One overall feeling is that when Franzen isn’t writing about the state of the novel (which he is very passionate about) his articles are well researched well documented which is kind of surprising given the state of panic he seems to be in the novel articles.  It’s also kind of funny how out of touch these articles seem (some are almost 20 years old and are kind of laughably outdated), but it’s also funny to see how poorly his predictions panned out.  The death of the novel is rather overrated (just see the success of his own Freedom.

So the book contains: (more…)

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SOUNDTRACK: THE HIVE DWELLERS-“My Noise” from Score! 20 Years of Merge Records: The Covers (2009).

The Score! collection finally produced a cover I do not like.  I don’t know anything about The Hive Dwellers, but this feels more like a joke than a cover.  The voice is the voice I make when I’m making fun of a song.  And the instrumentation is a series of strange keyboard notes and random drum noises.  I might like it if it weren’t a cover–and I guess I do respect them for going so different from the original.  But man there’s not much to recommend here.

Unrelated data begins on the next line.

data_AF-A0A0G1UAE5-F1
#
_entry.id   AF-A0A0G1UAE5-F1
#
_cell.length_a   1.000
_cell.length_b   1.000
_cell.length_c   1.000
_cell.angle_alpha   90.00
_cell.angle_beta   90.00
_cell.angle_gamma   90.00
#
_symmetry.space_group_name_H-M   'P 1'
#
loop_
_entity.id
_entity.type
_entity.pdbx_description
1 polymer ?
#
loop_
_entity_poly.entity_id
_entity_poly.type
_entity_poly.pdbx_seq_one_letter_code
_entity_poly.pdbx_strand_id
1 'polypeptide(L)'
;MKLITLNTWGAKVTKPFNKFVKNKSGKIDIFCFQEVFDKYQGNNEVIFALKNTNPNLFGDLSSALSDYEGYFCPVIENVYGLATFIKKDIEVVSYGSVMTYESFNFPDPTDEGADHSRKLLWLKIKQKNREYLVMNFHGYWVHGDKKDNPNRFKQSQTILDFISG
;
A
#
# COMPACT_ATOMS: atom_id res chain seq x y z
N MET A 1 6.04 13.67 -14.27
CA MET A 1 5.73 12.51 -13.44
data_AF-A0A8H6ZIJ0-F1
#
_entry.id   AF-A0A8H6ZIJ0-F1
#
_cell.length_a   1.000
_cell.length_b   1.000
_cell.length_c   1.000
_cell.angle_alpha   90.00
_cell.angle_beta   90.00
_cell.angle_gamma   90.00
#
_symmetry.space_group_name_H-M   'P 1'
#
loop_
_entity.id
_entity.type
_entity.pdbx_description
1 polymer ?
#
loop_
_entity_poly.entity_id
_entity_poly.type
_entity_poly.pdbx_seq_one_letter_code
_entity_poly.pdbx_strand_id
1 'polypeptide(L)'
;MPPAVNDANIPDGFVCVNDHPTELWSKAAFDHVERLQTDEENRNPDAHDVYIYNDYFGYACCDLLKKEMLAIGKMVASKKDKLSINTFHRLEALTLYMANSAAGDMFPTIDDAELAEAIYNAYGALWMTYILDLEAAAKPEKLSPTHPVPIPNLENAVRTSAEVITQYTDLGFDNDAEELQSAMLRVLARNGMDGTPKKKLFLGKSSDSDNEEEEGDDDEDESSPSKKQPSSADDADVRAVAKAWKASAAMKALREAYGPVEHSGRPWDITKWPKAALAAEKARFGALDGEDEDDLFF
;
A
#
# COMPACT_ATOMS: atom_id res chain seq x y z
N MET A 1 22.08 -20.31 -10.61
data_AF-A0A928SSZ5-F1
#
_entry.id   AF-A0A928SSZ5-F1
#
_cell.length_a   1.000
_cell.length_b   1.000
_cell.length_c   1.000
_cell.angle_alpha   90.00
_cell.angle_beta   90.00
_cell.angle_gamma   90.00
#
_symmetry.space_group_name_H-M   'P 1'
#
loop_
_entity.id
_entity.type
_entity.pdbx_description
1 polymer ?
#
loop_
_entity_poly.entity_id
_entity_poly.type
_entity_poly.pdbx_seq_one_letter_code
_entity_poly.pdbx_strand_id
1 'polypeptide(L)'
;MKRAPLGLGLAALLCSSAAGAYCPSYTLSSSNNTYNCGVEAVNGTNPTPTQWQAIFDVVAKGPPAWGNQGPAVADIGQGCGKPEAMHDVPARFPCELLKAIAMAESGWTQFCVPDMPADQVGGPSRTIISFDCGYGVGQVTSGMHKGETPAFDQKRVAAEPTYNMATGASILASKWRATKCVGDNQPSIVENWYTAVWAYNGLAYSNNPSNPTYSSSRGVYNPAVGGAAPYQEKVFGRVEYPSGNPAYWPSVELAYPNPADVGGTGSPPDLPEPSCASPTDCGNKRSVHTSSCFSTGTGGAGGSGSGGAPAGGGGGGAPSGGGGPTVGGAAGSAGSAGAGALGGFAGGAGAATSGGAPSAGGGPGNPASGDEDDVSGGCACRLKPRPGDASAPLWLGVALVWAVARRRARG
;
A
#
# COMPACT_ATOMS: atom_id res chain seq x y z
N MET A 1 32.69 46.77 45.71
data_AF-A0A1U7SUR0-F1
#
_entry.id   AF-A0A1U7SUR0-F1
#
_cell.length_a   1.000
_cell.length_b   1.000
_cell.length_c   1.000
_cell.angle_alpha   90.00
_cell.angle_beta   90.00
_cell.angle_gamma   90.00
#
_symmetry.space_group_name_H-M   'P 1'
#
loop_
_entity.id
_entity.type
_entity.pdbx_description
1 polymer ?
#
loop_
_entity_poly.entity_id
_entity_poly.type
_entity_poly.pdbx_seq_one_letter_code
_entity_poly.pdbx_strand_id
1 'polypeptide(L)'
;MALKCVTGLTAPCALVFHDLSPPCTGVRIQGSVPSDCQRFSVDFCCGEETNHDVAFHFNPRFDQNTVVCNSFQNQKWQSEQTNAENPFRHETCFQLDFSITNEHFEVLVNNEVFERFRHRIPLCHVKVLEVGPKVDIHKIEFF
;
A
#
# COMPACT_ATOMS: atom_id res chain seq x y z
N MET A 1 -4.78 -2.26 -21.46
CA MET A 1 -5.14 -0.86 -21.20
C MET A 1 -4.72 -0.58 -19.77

Go for the Superchunk original, without a doubt.

[READ: April 27, 2012] “case notes of a medical student, east harlem, psychiatric ER, winter 2002”

I try not to have the same author two days in a row, but I included this to show what a fascinating career Galchen has had and how incredibly different her published works can be.  So, yesterday it was an article about Borges.  Today it’s about her work in a psychiatric ward.

Triple Canopy is an online journal of some kind–I’ve actually never heard of it before.  It’s graphically interesting with lots of pictures and a cool interface.

This article is about nine slides long.  It printed on one page with very small type.  Galchen offers an introduction as to just what she was doing in the ER (exhaustion from three years of medical school and an opportunity to stop touching people for a month).  Although she admits her heart wasn’t in it. (more…)